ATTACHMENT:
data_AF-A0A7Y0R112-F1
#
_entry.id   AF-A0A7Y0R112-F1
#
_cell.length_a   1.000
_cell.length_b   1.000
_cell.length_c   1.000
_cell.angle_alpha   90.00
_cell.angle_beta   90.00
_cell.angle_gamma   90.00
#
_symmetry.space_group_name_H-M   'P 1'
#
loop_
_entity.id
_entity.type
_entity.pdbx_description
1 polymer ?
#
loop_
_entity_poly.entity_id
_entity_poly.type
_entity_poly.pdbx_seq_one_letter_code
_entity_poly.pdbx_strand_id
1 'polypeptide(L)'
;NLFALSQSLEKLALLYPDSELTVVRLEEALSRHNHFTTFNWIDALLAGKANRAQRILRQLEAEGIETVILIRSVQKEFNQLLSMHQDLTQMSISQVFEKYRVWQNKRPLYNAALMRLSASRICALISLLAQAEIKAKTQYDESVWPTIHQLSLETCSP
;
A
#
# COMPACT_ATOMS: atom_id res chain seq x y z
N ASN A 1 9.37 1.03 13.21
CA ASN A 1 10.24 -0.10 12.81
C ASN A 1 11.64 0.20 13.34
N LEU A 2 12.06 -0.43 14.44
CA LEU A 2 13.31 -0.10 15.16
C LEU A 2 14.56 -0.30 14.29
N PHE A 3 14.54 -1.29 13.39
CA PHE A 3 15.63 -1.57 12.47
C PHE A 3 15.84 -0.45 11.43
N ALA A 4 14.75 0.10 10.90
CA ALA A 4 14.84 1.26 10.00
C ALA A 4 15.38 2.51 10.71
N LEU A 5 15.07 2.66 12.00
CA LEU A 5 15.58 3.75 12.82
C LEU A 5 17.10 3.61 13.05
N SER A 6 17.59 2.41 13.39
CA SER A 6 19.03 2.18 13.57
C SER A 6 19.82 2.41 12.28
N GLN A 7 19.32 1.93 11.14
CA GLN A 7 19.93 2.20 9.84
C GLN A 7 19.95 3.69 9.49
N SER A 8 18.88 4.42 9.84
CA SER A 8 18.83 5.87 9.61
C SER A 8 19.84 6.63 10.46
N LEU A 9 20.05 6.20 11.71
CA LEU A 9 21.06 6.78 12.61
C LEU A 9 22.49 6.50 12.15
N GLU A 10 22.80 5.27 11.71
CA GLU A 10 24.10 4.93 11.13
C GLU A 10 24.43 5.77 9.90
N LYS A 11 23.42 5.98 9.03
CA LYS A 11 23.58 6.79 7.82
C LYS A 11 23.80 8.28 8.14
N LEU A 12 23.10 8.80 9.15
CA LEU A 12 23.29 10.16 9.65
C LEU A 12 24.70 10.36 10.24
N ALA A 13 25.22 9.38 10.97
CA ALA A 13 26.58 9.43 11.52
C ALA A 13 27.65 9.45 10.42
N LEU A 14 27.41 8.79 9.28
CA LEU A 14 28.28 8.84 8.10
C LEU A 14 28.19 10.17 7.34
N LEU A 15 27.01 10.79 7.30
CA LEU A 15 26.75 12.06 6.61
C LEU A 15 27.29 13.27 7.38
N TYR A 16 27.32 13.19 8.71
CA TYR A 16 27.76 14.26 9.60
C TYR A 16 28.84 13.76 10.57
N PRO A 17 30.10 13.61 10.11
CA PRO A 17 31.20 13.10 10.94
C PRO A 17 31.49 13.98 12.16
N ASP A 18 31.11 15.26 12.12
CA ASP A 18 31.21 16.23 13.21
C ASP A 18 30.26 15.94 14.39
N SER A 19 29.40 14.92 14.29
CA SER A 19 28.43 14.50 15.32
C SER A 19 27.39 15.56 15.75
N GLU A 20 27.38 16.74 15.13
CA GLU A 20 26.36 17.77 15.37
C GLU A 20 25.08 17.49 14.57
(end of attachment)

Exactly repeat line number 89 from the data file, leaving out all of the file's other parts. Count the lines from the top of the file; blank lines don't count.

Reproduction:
CA GLU A 20 26.36 17.77 15.37